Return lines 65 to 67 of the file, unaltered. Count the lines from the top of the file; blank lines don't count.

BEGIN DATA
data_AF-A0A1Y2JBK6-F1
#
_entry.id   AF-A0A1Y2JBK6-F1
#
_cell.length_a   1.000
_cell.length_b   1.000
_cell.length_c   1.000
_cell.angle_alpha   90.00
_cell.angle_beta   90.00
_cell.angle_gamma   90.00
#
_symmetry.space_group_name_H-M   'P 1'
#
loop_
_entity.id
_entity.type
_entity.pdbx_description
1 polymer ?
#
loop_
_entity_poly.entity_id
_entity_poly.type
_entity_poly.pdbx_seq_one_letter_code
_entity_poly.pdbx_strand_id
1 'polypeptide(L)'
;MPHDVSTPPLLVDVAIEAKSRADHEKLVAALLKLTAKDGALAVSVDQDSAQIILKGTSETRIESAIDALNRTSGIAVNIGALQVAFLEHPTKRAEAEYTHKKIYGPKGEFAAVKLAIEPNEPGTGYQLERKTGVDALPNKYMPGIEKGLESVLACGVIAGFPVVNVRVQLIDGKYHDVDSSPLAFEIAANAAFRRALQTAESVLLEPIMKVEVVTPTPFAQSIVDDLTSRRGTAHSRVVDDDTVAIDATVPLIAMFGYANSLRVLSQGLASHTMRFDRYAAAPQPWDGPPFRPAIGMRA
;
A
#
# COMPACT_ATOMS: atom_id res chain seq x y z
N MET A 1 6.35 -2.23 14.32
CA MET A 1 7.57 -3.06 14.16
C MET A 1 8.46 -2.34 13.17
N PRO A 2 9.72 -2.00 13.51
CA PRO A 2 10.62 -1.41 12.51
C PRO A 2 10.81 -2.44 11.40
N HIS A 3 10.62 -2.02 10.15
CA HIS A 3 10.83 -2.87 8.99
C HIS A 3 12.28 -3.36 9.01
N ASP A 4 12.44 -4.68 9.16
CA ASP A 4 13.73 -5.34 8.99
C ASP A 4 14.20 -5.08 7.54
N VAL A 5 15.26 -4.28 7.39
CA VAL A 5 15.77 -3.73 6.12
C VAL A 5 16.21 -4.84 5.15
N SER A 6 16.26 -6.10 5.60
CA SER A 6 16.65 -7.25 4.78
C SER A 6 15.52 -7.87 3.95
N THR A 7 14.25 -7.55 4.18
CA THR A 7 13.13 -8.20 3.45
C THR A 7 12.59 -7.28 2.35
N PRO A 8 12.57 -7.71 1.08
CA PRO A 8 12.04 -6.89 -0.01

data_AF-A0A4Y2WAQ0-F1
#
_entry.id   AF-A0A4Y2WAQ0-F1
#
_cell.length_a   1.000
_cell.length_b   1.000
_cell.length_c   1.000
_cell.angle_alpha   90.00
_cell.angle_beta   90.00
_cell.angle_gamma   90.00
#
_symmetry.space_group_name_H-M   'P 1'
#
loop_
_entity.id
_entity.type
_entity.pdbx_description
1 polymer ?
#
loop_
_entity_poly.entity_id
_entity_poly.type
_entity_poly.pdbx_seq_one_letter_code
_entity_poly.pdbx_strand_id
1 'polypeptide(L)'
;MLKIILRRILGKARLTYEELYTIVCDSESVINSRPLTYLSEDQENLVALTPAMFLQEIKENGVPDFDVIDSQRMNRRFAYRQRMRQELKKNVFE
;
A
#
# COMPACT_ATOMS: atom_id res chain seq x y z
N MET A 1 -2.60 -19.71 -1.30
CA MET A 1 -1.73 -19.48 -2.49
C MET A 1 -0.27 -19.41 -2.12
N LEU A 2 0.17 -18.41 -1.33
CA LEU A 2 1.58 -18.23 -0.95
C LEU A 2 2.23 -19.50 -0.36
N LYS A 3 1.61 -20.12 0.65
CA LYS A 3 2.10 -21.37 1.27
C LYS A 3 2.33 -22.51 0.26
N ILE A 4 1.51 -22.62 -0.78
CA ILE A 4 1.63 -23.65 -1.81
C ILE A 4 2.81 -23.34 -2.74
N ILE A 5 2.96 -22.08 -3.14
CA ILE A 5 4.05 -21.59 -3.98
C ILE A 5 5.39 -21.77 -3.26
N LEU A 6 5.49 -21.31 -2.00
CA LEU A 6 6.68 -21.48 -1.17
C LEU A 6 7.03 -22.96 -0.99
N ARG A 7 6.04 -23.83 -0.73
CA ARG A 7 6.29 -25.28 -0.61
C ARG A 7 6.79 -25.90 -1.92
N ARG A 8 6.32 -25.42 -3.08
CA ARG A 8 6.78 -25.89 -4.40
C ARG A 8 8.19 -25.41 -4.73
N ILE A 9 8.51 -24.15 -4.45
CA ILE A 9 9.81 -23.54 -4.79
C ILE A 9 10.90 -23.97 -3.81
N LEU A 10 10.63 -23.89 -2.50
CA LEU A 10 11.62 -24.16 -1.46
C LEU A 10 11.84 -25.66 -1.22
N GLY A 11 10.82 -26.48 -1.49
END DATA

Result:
_symmetry.space_group_name_H-M   'P 1'
#
loop_